As the upcoming Canadian Victoria Day holiday weekend (May 19-21) kicks-off the start of the busy season in the Adirondack High Peaks, local advocates and officials are assessing overcrowding, making plans to accommodate more visitors, and proposing new regulations and a sweeping expansion of backcountry facilities.
New regulations are being proposed to require registration for High Peaks Wilderness visitors; require dogs be leashed over 4,000 feet; expand the bear canister requirements; change the snow depth at which snowshoes are required to 12 inches off trail; and ban glass containers.
Among the facility plans are new parking lots; building more than 50 miles of new trails and rerouting and improving dozens more; installing toilets and privies at trailheads; building dozens of new campsites; improving and marking trails up “trail-less” peaks traditionally climbed by Adirondack Forty-Sixers; building new Day Use Areas with launches at Boreas Ponds, Henderson Lake, and Chapel Pond; and more.
The changes come as the Adirondack High Peaks are seeing record numbers of visitors. DEC trail registers show that the number of hikers at Cascade went from 16,091 in 2006 to 33,149 in 2015. In 2015, 53,423 people signed the trail register of the Van Hoevenberg Trail near Adirondak Loj, up 62 percent from 2005. (In comparison, DEC estimated about 57,000 total High Peaks visitors in 1983, and 140,000 in 1998). Last summer, the Adirondack Forty-Sixers reached 10,000 people who have climbed their traditional list of 46 peaks.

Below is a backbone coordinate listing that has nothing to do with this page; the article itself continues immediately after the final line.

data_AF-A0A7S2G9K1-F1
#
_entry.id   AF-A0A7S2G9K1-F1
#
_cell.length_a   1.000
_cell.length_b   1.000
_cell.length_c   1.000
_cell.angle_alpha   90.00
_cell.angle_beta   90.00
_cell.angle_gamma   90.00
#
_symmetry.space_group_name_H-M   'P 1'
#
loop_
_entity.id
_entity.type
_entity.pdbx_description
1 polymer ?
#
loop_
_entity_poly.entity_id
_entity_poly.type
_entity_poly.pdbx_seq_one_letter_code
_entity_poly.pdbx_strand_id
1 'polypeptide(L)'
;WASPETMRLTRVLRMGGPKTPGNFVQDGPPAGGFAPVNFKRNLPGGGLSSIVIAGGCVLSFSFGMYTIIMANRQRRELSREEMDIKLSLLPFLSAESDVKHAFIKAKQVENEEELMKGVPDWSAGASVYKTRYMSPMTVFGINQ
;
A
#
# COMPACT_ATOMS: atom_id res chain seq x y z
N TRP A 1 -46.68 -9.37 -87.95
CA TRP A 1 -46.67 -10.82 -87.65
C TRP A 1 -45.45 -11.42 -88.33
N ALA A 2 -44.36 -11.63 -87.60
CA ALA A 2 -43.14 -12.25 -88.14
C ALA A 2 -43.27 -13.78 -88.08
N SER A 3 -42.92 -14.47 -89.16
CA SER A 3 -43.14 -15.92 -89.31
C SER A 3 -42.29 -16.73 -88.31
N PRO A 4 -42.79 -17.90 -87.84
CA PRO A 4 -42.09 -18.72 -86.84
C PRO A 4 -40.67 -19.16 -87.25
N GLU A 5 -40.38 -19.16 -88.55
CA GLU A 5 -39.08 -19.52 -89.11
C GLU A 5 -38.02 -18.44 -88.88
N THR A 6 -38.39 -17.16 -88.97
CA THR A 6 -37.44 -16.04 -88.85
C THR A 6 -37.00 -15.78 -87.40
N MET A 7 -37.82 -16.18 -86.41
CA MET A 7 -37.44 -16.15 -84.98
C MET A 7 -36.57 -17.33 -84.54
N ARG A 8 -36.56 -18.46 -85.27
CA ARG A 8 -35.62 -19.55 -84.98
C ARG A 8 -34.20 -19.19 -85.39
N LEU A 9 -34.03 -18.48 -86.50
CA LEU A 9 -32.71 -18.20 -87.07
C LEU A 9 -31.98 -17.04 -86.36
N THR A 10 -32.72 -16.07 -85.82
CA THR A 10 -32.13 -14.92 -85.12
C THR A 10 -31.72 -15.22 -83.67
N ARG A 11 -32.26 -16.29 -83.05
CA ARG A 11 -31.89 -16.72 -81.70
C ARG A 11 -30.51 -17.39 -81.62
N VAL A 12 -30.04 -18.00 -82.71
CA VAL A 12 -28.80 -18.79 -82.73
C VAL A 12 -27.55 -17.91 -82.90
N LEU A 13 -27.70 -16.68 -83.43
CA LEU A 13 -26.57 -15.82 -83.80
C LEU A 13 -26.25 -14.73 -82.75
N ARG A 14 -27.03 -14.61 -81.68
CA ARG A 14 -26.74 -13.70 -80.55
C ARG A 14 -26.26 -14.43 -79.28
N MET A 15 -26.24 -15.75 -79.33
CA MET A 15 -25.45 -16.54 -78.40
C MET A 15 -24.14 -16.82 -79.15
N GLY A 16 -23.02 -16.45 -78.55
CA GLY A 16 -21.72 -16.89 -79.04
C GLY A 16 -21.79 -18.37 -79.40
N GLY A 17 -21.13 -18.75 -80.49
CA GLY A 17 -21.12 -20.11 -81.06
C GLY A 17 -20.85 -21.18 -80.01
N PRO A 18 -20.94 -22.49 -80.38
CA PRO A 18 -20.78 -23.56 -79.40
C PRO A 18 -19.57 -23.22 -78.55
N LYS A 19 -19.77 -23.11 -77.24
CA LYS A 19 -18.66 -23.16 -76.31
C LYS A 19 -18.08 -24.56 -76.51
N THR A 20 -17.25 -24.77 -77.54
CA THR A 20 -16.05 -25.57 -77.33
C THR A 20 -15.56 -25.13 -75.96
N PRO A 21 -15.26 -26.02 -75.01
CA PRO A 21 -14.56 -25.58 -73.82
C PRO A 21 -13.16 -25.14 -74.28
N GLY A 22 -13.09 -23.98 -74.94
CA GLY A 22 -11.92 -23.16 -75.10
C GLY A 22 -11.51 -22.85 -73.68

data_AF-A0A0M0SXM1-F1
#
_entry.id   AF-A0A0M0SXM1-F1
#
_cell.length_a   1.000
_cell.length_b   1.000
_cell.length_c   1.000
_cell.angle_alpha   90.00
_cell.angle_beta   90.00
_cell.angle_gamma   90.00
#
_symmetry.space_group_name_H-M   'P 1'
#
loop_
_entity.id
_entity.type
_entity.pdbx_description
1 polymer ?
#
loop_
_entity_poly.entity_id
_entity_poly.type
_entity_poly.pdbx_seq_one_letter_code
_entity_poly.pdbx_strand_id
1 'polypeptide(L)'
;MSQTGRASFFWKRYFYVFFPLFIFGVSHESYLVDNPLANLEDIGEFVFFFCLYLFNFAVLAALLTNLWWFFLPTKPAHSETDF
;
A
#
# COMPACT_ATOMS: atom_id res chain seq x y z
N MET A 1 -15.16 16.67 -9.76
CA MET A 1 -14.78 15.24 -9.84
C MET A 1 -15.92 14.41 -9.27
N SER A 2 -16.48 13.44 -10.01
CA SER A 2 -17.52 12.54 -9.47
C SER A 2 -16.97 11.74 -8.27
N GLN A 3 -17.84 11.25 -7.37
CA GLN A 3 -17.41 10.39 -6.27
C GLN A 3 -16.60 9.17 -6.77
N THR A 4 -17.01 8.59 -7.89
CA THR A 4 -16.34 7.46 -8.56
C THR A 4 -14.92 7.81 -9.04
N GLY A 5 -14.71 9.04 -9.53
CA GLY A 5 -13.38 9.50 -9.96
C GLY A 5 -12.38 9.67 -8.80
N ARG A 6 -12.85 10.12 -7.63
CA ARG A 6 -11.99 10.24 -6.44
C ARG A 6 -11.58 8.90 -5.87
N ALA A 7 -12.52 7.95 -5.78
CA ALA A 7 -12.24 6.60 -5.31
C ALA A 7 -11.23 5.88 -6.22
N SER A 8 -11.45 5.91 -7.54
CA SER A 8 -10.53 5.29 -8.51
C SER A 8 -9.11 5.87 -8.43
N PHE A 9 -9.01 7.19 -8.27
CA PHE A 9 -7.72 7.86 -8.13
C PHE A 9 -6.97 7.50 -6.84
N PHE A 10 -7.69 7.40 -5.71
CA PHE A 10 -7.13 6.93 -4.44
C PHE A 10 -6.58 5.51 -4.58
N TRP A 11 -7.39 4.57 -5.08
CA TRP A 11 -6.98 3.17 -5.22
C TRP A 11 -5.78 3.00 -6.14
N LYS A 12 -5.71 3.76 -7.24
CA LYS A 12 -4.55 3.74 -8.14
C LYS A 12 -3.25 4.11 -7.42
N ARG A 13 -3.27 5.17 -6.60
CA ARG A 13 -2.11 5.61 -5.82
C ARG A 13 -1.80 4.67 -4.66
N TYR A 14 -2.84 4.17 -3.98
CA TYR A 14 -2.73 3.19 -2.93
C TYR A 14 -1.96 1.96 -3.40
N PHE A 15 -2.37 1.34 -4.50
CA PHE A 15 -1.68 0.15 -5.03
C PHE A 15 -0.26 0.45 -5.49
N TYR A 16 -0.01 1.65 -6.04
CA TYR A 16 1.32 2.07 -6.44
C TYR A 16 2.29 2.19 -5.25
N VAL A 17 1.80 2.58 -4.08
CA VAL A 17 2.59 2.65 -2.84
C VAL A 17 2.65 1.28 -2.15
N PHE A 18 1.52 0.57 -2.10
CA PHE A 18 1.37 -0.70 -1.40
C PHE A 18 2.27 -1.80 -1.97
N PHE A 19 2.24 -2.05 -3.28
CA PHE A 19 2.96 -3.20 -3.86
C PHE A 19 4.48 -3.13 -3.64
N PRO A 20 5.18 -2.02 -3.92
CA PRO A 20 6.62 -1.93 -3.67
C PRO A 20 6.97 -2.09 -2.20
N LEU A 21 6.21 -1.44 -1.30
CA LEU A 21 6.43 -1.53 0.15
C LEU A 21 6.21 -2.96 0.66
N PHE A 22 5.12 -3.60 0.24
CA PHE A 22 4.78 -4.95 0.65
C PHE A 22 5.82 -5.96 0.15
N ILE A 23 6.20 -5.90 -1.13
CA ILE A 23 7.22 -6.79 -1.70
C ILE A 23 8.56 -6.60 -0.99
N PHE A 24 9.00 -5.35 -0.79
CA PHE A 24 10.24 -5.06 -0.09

DEC Forest Rangers are now conducting about twice as many search and rescue operations as they were a decade ago and “overuse of trails, campsites, and summits has led to erosion, soil compaction, loss of fragile vegetation and impacts on sensitive wildlife” advocates and local officials said in a press announcement this week.
In that announcement, local governments and environmental advocates released results of a High Peaks area trailhead study conducted between last Labor Day and Columbus Day. A survey of parking lots showed:
“Close to 80 percent of all trailheads leading into the High Peaks and surrounding Wilderness areas were routinely above their capacity on fall weekends. Thirty-five parking lots designed to accommodate fewer than 1,000 cars frequently had more than 2,100 cars trying to park at them, the analysis found. As a result over 1,000 cars were repeatedly parked along roads, on private property, and in unsafe locations.”
The survey found that there were an average of 240 cars in the parking lot at the Cascade trailhead, despite a capacity of only 73. Additional findings were:
- Keene Valley trailheads contain a total of 353 parking spots, but had 721 cars;
- At Adirondak Loj and South Meadows Road, parking for 196 cars, had 674 cars;
- Baxter Mountain, no parking lot, 18 cars;
- Hurricane Mountain, parking for 12 cars, had 46 cars;
- Ampersand Mountain, parking for 10 cars, had 64
- Route 9N, Elizabethtown/Keene, parking for 24 cars, had 83 cars; and,
- Elk Lake, parking for 31 cars, had 56 cars.